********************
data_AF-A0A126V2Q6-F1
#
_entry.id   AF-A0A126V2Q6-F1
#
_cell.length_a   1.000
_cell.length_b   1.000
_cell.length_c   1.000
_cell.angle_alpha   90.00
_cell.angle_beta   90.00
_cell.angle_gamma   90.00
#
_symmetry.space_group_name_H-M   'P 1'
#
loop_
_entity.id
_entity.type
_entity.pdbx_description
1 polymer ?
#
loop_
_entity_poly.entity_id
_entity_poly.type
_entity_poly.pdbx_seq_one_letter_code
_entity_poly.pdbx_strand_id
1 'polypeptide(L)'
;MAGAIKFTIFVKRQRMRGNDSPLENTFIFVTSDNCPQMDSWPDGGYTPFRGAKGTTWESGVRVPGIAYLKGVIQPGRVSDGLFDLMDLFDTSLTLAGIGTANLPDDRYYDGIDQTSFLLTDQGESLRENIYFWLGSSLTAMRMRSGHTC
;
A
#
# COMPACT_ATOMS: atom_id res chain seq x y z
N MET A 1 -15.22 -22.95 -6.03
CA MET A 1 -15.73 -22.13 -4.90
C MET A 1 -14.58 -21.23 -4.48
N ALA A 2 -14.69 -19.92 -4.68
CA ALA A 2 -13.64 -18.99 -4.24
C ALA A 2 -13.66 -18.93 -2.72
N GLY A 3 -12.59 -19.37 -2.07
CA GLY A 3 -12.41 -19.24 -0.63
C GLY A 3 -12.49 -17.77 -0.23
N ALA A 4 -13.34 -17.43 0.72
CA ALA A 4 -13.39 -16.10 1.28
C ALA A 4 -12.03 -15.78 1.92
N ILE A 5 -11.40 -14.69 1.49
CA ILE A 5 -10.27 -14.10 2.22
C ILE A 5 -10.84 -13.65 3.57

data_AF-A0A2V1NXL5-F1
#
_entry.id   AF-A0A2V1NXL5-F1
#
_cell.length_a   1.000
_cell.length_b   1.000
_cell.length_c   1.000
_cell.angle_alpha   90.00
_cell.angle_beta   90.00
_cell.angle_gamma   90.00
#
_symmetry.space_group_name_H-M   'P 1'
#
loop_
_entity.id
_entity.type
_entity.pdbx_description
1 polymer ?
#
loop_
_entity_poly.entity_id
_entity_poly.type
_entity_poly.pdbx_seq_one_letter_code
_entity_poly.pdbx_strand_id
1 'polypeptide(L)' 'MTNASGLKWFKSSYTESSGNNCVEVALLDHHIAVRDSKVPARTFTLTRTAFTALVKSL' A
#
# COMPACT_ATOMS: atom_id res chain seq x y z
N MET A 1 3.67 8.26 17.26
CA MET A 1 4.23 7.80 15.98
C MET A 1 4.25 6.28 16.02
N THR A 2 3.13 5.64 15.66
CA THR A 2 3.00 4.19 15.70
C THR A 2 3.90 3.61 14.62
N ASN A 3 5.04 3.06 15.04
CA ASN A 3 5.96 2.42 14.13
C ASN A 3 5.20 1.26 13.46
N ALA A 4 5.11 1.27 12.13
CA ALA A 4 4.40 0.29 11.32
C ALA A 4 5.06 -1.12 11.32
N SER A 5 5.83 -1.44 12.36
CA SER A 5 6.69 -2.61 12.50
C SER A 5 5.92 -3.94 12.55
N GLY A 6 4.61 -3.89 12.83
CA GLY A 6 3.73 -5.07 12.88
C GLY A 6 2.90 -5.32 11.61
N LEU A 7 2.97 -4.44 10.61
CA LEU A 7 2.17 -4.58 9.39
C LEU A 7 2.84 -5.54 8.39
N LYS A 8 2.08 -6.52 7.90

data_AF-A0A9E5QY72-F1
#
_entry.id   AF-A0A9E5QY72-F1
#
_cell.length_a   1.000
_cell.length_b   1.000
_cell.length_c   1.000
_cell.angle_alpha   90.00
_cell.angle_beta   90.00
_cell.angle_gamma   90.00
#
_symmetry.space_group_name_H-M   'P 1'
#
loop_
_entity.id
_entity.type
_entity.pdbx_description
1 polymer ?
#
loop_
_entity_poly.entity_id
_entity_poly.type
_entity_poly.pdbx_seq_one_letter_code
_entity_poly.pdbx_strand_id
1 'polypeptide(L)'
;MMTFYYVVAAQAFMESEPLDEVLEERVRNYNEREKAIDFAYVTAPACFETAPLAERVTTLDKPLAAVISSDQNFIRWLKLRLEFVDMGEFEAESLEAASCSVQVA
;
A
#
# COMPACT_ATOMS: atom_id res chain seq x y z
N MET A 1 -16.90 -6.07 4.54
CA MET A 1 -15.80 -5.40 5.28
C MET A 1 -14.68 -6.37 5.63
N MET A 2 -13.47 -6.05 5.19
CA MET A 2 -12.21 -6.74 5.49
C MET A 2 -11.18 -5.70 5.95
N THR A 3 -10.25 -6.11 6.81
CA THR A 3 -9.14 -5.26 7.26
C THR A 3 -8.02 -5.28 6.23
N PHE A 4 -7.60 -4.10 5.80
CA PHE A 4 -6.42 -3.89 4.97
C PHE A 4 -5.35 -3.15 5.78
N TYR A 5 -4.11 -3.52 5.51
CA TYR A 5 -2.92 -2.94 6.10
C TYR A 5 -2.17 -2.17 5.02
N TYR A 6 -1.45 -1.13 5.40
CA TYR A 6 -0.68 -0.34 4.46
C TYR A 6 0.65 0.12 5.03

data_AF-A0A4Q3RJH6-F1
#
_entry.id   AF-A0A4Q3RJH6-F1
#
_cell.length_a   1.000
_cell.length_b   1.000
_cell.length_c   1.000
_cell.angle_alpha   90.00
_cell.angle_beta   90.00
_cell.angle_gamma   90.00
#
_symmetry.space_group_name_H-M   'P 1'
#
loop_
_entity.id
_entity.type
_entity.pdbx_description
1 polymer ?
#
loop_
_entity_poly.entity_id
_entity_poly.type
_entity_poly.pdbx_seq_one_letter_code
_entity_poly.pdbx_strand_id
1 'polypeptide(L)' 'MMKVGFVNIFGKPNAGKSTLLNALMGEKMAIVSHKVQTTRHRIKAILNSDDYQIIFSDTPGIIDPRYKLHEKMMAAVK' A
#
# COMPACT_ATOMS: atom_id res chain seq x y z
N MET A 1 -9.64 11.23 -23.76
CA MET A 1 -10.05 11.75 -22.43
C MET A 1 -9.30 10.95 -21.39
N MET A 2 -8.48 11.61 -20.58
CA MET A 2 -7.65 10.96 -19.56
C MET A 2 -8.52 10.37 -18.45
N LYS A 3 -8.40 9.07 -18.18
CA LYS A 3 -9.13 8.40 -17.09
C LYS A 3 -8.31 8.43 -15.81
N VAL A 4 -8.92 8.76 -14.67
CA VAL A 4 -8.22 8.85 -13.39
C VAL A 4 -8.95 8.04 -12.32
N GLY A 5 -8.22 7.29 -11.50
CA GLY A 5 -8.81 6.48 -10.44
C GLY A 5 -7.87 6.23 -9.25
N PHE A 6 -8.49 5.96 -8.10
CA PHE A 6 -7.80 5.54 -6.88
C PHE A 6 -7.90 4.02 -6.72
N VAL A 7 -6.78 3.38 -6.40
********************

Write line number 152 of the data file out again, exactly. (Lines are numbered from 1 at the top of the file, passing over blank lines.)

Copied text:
_cell.angle_gamma   90.00